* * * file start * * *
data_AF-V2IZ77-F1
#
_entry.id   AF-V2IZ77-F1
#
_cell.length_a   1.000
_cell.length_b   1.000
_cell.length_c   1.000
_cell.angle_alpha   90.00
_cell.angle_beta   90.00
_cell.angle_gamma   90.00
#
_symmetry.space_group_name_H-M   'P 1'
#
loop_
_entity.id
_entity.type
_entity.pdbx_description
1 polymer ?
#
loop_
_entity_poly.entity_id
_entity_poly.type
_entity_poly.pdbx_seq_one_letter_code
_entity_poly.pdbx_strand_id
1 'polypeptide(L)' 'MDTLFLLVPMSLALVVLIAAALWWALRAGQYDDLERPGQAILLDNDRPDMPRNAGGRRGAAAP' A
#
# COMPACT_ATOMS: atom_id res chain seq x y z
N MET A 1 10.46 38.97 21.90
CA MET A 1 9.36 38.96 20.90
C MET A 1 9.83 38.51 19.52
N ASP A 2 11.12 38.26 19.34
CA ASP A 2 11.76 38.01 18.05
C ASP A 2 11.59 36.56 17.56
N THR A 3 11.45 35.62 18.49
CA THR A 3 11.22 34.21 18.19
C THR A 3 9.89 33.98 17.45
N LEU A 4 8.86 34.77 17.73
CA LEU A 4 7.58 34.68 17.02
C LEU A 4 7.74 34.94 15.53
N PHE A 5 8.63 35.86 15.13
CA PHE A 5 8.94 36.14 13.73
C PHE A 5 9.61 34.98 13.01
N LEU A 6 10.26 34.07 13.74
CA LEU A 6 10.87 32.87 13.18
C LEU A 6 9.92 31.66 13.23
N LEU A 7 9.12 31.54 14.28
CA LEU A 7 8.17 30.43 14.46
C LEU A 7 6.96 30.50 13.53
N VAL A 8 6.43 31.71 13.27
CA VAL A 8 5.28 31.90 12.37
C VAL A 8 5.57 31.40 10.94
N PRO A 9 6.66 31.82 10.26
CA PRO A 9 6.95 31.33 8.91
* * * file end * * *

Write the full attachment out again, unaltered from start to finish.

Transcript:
data_AF-V2IZ77-F1
#
_entry.id   AF-V2IZ77-F1
#
_cell.length_a   1.000
_cell.length_b   1.000
_cell.length_c   1.000
_cell.angle_alpha   90.00
_cell.angle_beta   90.00
_cell.angle_gamma   90.00
#
_symmetry.space_group_name_H-M   'P 1'
#
loop_
_entity.id
_entity.type
_entity.pdbx_description
1 polymer ?
#
loop_
_entity_poly.entity_id
_entity_poly.type
_entity_poly.pdbx_seq_one_letter_code
_entity_poly.pdbx_strand_id
1 'polypeptide(L)' 'MDTLFLLVPMSLALVVLIAAALWWALRAGQYDDLERPGQAILLDNDRPDMPRNAGGRRGAAAP' A
#
# COMPACT_ATOMS: atom_id res chain seq x y z
N MET A 1 10.46 38.97 21.90
CA MET A 1 9.36 38.96 20.90
C MET A 1 9.83 38.51 19.52
N ASP A 2 11.12 38.26 19.34
CA ASP A 2 11.76 38.01 18.05
C ASP A 2 11.59 36.56 17.56
N THR A 3 11.45 35.62 18.49
CA THR A 3 11.22 34.21 18.19
C THR A 3 9.89 33.98 17.45
N LEU A 4 8.86 34.77 17.73
CA LEU A 4 7.58 34.68 17.02
C LEU A 4 7.74 34.94 15.53
N PHE A 5 8.63 35.86 15.13
CA PHE A 5 8.94 36.14 13.73
C PHE A 5 9.61 34.98 13.01
N LEU A 6 10.26 34.07 13.74
CA LEU A 6 10.87 32.87 13.18
C LEU A 6 9.92 31.66 13.23
N LEU A 7 9.12 31.54 14.28
CA LEU A 7 8.17 30.43 14.46
C LEU A 7 6.96 30.50 13.53
N VAL A 8 6.43 31.71 13.27
CA VAL A 8 5.28 31.90 12.37
C VAL A 8 5.57 31.40 10.94
N PRO A 9 6.66 31.82 10.26
CA PRO A 9 6.95 31.33 8.91